Talking about interest and perseverance, here is a little story. Back in November 12, 1966 there was a Solar eclipse. I could see it partially from here and I mean very partially but it was my first eclipse. I had to see it. One problem though. It was a Saturday and on every Saturday at that time I accompanied my dad in his business visits. He had a small clothing and linen business that he ran out of a 1964 Ford Cortina MKI and Saturdays were very busy days. I helped him out and, of course, I was not going to say no because I want to see an eclipse. Neither could I carry my 60mm f/11 with me. I was afraid to damage the scope. That little car was stuffed with the merchandise. So I took another telescope. That year I had save some $ to buy a little Tasco terrestrial telescope called Comet if I remember well. It was a small 30mm telescope with a leather case and a small tripod. What I did may sound crazy today but allowed me to see and record the eclipse during our stops. You all remember the maligned sun eyepiece filter? Well, I taped one to the eyepiece of the little tasco, took some paper with me and recorded what I could by placing the telescope on the car roof. It had small rubber inserts in the tripod legs that gave it some steadiness. Those Saturdays were long. We started at 7:00am and were still at it at 7:00pm. The record of that little partial eclipse was lost a long time ago but the telescope is still here. I remembered this eclipse sometime ago and searched for the date. It coincided with a Saturday so bingo because those were the days I went out with dad. Here is the Comet now missing the rubber inserts but still working for occasional terrestrial use. The case is undergoing TLC. This 30mm didn't kill the hobby either. No, I haven't placed that solar filter in the eyepiece again since then.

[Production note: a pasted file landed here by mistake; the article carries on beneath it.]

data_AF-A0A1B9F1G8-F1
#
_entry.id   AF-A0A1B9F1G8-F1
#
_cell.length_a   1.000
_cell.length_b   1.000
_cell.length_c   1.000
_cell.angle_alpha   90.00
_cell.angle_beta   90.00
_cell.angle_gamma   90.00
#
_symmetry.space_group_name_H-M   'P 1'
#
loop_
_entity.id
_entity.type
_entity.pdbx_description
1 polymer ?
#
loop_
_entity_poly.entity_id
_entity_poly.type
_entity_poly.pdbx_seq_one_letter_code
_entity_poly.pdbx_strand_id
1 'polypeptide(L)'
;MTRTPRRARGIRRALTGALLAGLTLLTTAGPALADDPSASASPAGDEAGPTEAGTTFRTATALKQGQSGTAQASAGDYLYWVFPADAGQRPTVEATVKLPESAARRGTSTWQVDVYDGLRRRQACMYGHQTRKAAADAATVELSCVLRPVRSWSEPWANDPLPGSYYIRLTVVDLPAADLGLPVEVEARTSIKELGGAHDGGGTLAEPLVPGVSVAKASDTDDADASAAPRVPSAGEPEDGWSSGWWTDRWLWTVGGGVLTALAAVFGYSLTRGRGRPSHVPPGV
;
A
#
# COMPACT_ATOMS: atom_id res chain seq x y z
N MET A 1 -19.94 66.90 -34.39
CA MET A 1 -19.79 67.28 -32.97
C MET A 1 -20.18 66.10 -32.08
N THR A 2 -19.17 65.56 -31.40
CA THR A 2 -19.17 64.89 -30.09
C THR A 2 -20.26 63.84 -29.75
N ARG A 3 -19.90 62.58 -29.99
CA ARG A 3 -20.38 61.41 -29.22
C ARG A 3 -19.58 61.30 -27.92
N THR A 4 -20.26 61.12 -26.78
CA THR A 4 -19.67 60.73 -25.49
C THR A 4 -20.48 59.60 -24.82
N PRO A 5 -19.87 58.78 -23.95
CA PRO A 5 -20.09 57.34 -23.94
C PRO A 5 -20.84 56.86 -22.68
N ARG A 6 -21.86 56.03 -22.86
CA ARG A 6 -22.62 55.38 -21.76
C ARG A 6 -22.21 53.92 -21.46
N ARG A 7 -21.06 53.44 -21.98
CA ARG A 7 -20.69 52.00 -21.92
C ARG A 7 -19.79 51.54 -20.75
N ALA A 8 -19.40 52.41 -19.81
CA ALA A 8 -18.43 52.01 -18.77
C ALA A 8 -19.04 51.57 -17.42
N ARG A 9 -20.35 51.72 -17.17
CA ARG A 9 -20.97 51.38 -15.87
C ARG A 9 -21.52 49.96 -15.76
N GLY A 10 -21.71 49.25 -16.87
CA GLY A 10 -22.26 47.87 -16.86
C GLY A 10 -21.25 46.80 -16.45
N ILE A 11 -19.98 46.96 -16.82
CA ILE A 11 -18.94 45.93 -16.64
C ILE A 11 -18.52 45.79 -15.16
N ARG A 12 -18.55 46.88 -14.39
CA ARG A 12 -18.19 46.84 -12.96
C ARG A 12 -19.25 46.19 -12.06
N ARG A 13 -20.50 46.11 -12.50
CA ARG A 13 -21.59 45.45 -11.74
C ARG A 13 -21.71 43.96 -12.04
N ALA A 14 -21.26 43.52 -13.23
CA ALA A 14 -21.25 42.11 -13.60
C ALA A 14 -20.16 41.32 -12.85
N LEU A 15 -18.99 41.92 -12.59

Sorry for the long writeup. It's such a nice memory that I get carried away.
 
Clear Skies!
 
Guido


Great story! That little scope looks just like the one Beaver Cleaver had! Here it is in the Episode titled Beaver’s Tonsils (Season 4, episode 20 of Leave It To Beaver). This episode was first broadcast February 11, 1961 which is coincidentally 59 years ago today! I saw it first run. Gawd I feel old!!

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#171 oldmanastro

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Posted 12 February 2020 - 01:37 PM

Great story! That little scope looks just like the one Beaver Cleaver had! Here it is in the Episode titled Beaver’s Tonsils (Season 4, episode 20 of Leave It To Beaver). This episode was first broadcast February 11, 1961 which is coincidentally 59 years ago today! I saw it first run. Gawd I feel old!!

My wife and I love to watch reruns of Leave it to Beaver. One thing is for sure. The Beaver cannot focus that telescope without pulling out the rest of the focusing tubes. These Tasco 30mm came in two versions a 25X30 and a 30x30. They have very good optics and smooth sliding in the focusing telescopic tubes. The original case has a reddish velvet interior.

 

The report of that November 66 eclipse made its way to the Royal Astronomical Society of Stockton CA. A bunch of kids, some my age and some older, had formed this society. They asked for members in a small note in the Review of Popular Astronomy, I wrote them and they were thrilled of receiving a letter from so far away. I became a member and corresponded with some of them for some years. Later on I don't know what happened to the Society. I may have a group photo that they sent me.

 

Guido